Some decisions in politics are easy. It is not hard to oppose Trump and every vile thing he stands for.
In general though political decisions are not often so clear cut. In 2017 -- sooner rather than later -- Premier Kathleen Wynne will have such a decision to make about her future, and in fact the future of the province.
New polling indicates there has been little change in her popularity, or lack there of to be specific. Her approval ratings sit barely into double digits, and show no sign of improving. The decision she faces is fairly obvious to anyone with a basic understanding of politics, or math for that matter.
I'm known to hold unpopular opinions at times -- Friends is better than Seinfeld -- so I have no issues with sharing another one. Premier Wynne has by and large done an excellent job. She put forth a bold platform and won an unlikely majority, at a time when many counted her party out. She has gone about implementing many much needed changes in pressing social issues, education, transit, and the environment.
Unfortunately, a significant portion of the electorate does not care.
I believe a great deal of the negative -- at times visceral -- reactions to Premier Wynne stem in no small part from the fact that she is both a women and openly gay. Women in politics from across partisan divides, are subject to abuse and levels of contempt rarely experienced by their male counterparts. Such vitriol is occasionally even promoted by major media outlets.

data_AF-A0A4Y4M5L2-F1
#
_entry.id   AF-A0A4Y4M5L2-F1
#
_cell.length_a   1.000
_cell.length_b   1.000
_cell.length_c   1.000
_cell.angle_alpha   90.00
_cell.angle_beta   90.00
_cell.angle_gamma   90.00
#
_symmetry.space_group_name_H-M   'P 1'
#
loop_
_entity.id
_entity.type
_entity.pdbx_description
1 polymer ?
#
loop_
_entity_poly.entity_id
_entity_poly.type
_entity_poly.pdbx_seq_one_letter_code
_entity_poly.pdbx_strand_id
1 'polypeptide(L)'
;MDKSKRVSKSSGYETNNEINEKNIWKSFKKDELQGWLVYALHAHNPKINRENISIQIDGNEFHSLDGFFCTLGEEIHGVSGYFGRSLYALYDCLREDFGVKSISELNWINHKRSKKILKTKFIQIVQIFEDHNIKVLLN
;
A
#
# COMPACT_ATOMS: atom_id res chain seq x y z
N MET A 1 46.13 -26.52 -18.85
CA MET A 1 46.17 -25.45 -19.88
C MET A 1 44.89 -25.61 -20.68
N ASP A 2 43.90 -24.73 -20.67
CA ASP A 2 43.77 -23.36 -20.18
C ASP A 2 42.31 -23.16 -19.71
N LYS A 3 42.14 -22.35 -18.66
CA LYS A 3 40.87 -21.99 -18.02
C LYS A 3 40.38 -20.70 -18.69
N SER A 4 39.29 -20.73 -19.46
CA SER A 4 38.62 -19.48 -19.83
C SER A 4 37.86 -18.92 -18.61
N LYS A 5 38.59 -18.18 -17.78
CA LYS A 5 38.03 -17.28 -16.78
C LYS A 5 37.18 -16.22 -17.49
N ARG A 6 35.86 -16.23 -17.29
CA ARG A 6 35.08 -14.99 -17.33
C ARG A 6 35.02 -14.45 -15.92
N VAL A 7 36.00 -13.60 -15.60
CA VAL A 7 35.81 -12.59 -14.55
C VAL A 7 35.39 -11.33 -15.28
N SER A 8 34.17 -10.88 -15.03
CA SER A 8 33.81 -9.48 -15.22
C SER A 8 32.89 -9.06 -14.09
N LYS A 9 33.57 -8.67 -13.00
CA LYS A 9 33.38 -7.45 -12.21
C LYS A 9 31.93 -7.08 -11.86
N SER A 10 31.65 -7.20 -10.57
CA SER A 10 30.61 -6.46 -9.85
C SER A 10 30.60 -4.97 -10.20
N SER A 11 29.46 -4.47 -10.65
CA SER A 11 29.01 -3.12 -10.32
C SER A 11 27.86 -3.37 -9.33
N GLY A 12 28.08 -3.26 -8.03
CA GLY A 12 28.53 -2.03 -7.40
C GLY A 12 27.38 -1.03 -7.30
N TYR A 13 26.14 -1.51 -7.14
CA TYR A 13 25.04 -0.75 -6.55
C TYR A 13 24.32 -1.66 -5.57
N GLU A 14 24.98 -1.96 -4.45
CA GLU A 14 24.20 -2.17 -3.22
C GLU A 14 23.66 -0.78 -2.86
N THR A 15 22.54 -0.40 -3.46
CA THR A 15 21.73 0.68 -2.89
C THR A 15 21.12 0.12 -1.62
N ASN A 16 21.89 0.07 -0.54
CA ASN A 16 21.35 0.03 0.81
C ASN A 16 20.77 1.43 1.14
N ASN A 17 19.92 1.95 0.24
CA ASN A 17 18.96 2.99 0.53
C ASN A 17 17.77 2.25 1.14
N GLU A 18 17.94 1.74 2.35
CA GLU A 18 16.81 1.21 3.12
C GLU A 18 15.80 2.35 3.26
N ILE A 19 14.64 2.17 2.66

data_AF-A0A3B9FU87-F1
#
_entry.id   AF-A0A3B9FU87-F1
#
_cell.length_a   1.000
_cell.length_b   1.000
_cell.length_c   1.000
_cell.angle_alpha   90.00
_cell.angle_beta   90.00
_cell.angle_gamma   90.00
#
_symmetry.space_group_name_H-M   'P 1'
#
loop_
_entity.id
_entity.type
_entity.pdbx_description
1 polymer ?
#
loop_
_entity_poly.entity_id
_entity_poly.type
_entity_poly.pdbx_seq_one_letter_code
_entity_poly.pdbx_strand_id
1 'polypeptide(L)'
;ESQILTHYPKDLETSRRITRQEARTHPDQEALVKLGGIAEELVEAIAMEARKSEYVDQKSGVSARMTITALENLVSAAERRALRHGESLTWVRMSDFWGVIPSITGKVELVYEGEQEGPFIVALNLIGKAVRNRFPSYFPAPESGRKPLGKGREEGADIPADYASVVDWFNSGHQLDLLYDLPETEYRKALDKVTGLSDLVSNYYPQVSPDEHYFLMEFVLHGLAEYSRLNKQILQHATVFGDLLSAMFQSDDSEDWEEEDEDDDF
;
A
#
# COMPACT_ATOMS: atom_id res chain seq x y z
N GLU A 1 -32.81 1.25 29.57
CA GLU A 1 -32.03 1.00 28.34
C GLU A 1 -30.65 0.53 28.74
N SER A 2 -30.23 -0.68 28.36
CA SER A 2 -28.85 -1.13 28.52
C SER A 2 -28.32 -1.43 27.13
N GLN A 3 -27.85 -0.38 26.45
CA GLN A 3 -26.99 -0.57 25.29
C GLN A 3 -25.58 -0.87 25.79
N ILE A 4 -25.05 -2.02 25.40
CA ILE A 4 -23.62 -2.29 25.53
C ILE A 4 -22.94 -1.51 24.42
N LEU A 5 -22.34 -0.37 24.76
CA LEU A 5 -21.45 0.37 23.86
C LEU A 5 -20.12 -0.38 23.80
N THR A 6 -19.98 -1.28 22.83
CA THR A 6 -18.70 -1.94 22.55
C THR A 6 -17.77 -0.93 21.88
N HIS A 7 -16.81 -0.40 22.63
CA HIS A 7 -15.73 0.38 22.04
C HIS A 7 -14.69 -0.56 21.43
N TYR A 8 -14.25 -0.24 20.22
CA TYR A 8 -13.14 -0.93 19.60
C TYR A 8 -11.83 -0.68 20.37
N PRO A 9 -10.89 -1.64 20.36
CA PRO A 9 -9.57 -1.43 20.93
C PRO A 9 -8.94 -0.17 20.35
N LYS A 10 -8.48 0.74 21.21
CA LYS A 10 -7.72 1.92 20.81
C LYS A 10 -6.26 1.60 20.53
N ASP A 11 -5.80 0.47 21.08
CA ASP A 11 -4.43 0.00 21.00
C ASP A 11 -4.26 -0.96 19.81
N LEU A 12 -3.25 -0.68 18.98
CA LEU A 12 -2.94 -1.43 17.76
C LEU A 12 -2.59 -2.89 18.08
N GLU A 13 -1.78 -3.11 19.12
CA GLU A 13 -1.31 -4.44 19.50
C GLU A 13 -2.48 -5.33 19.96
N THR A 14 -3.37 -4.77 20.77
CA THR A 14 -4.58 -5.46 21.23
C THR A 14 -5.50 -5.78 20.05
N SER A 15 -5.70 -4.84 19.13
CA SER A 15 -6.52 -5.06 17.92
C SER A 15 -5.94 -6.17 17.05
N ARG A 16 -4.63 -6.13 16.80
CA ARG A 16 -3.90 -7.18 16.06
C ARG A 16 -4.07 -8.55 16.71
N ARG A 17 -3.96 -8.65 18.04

However, her dismal approval ratings cannot be laid solely on the denizens of commentville or the local chapter of the "I hate lefties" club. It runs deeper than that.
People in Ontario have seen life get progressively more expensive while their wages have stayed the same or vanished all together. Hydro costs in particular are often cited as what's driving up the cost of living, and driving down the premier's popularity. The Globe and Mail broke down hydro costs recently, showing how little of your hydro bill is actually Wynne's fault. Perception in politics being what it is, I doubt many people are open to that argument though.
Premier Wynne should seriously consider what's at risk in 2018.
In 2015 we saw Canadians embrace a progressive platform and elect a majority Liberal government. Clearly there is an audience for the progressive values Wynne has championed. The Liberal party polls better than the premier, suggesting another win is not out of the question. Particularly if mistrust of Patrick Brown grows, and if his party continues to pack their guns with feet seeking bullets.
Premier Wynne should seriously consider what's at risk in 2018. With a radical conservative agenda taking hold in America, a slightly softer version here could seem palatable to the people of Ontario. Leaving Patrick Brown and his party to unwind much of the progress the Liberals have made.
Hopefully, Premier Wynne has at least considered the option to step aside. She has worked hard to put forth programs meant to benefit all of the people of Ontario, and for that work to continue someone else may need to take the lead.
I suspect Premier Wynne already knows that because after all, that's essentially how she got the job in the first place.
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